Do YOU think bipolar disorder is a gift?

imgres

 

Sooooooo, my friends, I usually just post once a week, but I can’t help posting once more.

I’ve gotten into a relatively new habit of checking out the Word Press Freshly Pressed selections.

On Thursday I spotted this post in the line-up:

https://mybeautifulmachine.wordpress.com/2015/01/27/bipolar-as-unexpected-gift/

While I was genuinely glad that the topic of bipolar disorder attracted the attention of the WordPress editorial staff, I was also disappointed.

Why?

Because, because, because, because…(and I know some of you will disagree with me on this point, but I still love you!)

I can’t stomach calling bipolar disorder a gift.  My Dad had bipolar disorder, and he didn’t think it was a gift either!  

I guess when it comes to mental illness, my attitude of non-gratitude runs in the family!

(And I wonder why Oprah won’t return my phone calls about being interviewed on her

“Super Soul Sunday” show!!!)

images-1

 

I’ve read numerous bipolar-themed memoirs and articles over the past decade. I observed in those works that a sizable portion of the writers who felt their bipolar disorder to be a gift didn’t have children.  I couldn’t help but notice that the author of the Freshly Pressed blog piece doesn’t have children.  I feel that if asked, most children who have been adversely affected by their parent’s bipolar disorder would not consider the mental illness as a gift.  

Other people who consider their bipolar disorder to be a gift are profoundly helped by their belief.  Some of these “others” are my friends or acquaintances who I admire very much.  Please – I don’t mean to offend you.  We can agree to disagree on this matter.  I won’t write about it much more; as you can see, I’m getting it out of my system today.  To tell you the truth, I feel like a shit for not thinking the same way as you/them.

But back to the Freshly Pressed blog post!  I skimmed the “Bipolar as Unexpected Gift” post’s comments so far, and I didn’t recognize a single soul from my beloved bipolar blogging community.  I was surprised about that!  I wanted to see what y’all thought.  I also noticed that not a single person to date has written to voice any disagreement with the premise that bipolar is a gift.  That gave me pause; I’ll write more about that later.

Take a look at the Freshly Pressed post.  

What do you think?

Happy Valentine’s Day!

XO,

Dyane

——————————————————————————————————————————

Wait!

Here’s a looong p.s. 

At first I felt so bummed out about the Freshly Pressed choice that I decided to write a letter to WordPress voicing my opinion.  I contacted the WordPress help forum to ask where I should send my email, and I wrote,   

To be honest, I was on the fence about even contacting WordPress, and I still am a bit hesitant. 🙂 However, I feel compelled to speak up in the hopes that I will be heard.”

The longtime WordPress volunteer, with whom I had positive, friendly correspondence in the past, surprised me with her caustic reply.  

She wrote, “Understood but do be prepared to note that some think mental illness is a gift and some think it is a curse.”

Really???   I’d never thunka that before! I thought.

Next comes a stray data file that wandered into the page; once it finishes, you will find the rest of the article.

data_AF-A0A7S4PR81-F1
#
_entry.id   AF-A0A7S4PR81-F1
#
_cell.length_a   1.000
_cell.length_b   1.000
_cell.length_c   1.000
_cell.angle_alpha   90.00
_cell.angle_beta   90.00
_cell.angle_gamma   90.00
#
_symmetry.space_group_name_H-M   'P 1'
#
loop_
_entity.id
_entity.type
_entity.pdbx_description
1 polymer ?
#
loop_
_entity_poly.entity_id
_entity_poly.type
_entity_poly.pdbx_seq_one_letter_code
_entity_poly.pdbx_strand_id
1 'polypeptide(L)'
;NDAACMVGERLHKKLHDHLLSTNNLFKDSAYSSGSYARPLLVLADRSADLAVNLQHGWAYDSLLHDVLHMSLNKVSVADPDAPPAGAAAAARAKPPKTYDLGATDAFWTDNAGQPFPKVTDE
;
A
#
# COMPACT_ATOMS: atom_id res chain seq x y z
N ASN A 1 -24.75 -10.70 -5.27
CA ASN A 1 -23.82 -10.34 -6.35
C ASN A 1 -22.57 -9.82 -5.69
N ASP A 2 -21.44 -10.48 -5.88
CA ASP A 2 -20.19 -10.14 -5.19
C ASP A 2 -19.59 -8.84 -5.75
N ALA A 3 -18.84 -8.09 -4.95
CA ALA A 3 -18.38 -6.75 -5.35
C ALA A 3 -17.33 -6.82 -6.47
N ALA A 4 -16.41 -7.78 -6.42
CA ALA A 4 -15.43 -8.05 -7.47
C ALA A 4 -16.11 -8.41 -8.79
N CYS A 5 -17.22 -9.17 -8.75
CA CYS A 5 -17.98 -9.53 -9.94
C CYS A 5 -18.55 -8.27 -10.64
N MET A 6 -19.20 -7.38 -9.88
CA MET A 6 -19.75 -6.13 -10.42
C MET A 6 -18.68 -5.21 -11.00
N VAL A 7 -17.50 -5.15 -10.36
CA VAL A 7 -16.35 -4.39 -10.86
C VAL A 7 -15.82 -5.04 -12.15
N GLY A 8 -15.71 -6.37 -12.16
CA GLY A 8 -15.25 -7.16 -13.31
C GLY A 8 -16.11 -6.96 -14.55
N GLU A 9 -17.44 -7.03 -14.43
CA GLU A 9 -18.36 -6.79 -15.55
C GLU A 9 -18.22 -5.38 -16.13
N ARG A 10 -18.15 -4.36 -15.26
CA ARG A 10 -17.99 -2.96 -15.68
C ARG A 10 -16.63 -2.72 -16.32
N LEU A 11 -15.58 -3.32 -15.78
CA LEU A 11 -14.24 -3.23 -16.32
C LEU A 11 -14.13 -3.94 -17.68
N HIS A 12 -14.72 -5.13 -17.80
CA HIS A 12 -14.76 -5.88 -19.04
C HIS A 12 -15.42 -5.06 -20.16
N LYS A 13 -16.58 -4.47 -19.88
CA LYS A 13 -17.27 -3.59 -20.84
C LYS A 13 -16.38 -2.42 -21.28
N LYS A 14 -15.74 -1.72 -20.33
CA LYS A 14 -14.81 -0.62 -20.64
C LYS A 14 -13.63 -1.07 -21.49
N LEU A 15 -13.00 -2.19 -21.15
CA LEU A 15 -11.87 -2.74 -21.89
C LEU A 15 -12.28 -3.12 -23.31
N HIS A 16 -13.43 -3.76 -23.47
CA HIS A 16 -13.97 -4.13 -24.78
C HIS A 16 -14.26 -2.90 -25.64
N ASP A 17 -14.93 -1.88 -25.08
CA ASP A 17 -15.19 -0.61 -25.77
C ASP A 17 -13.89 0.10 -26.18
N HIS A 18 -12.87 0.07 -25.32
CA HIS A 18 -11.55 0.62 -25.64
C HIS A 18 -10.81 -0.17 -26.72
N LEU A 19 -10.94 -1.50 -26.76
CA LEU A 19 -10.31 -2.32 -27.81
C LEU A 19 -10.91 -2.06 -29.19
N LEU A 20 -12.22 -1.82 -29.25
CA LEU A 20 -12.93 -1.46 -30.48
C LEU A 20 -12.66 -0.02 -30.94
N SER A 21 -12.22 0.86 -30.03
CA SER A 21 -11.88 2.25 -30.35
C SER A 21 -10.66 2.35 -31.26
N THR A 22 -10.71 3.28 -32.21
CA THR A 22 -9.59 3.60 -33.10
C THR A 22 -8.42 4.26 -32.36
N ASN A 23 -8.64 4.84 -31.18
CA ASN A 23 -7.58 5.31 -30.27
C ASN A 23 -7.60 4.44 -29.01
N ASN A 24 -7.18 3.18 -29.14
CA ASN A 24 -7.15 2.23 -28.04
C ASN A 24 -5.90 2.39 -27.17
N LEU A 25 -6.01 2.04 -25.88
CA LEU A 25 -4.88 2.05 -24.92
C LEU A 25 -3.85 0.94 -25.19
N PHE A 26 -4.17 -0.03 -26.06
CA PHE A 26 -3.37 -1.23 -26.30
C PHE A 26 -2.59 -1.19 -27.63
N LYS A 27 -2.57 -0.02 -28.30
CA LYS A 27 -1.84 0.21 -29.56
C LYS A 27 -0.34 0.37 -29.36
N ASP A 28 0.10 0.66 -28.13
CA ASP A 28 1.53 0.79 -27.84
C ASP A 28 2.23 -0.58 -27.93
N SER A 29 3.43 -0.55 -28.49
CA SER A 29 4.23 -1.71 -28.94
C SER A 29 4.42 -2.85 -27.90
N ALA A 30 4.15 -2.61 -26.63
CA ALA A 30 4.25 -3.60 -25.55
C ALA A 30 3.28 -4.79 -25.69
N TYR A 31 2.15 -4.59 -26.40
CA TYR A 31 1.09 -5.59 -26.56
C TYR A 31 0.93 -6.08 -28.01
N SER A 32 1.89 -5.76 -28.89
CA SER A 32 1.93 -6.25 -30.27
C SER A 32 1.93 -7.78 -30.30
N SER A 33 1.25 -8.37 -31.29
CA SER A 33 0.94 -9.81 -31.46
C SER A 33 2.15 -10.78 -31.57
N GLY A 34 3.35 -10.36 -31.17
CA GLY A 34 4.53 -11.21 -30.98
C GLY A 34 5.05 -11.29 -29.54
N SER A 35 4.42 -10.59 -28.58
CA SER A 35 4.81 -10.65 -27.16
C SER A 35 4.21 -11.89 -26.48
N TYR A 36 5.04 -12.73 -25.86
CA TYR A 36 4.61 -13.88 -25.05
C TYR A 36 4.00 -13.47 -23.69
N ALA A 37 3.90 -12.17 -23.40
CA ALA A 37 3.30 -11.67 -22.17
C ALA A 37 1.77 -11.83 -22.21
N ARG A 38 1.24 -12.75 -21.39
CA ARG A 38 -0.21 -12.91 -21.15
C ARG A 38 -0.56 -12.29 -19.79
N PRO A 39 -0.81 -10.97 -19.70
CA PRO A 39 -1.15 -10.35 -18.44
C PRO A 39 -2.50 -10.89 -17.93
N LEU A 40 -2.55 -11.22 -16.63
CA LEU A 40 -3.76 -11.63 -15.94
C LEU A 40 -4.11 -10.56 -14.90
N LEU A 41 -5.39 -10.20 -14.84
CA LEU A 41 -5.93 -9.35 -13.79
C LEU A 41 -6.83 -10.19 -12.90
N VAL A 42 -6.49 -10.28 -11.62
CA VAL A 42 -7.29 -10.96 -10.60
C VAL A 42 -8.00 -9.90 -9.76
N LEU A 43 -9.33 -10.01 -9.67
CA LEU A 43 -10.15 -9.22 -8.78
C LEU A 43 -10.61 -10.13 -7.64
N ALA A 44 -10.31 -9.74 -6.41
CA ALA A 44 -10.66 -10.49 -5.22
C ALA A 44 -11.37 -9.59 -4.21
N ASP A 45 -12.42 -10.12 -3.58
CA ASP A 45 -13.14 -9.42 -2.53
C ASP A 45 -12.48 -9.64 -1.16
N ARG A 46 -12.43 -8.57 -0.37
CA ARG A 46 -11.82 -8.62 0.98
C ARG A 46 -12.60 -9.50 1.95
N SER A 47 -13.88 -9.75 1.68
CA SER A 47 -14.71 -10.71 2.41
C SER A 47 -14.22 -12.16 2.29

Just kidding!  

Her curt, patronizing reply made me think that maybe the WordPress folks, as much as I love WordPress, might not get where I was coming from. Meanwhile the uber-paranoid part of me feared they’d shut down my WordPress “dissenter” account!  I’d have to, gasp, go to the inferior Blogger!

I decided not to send it the “Happiness Engineer” after all.  I felt that my complaint sounded too much like sour grapes (well, I admit maybe I was just a bit envious, okay, okay!) and it ultimately my email wouldn’t make a difference.  Here are some excerpts from my email:  

“Dear G.,

I appreciate your finding the topic of bipolar disorder a worthy Freshly Pressed selection! As a blogger with bipolar disorder, I was excited to spot the word “bipolar” in Freshly Pressed. However, the complete title “Bipolar as Unexpected Gift” made my heart sink.

Over the past few years there has been a media trend to sugarcoat bipolar disorder.  This was most recently displayed in the Huffington Post article “The Six Gifts of Mental Illness” and in numerous other articles.

I follow bipolar disorder in the media very closely.  I’m a longtime volunteer for the International Bipolar Foundation, a member of the International Society for Bipolar Disorders, and my WordPress blog was nominated for a WEGO Health “Best in Show Blog”. I’m a mental health advocate with a focus upon mothers who have bipolar disorder. My father had bipolar disorder as well.

Recently I did an informal study of responses to two articles about bipolar disorder being considered a gift.  I noted that roughly 50% of those replies disagreed with that concept.

While I’m genuinely glad that the Freshly Pressed blogger has found bipolar to be a gift in his life, I feel his point of view places pressure on those WordPress bloggers who have mental illness and haven’t found it to be a gift. (And I’m one of them, obviously! : ) When I see Freshly Pressed titles equating bipolar as a gift, whether it’s expected or unexpected, I feel that it minimizes my condition.  Due to the total lack of any critical comments about his post so far, and the low statistics compared to other Freshly Pressed selections, I suspect that many people chose not to read his post after spotting the title.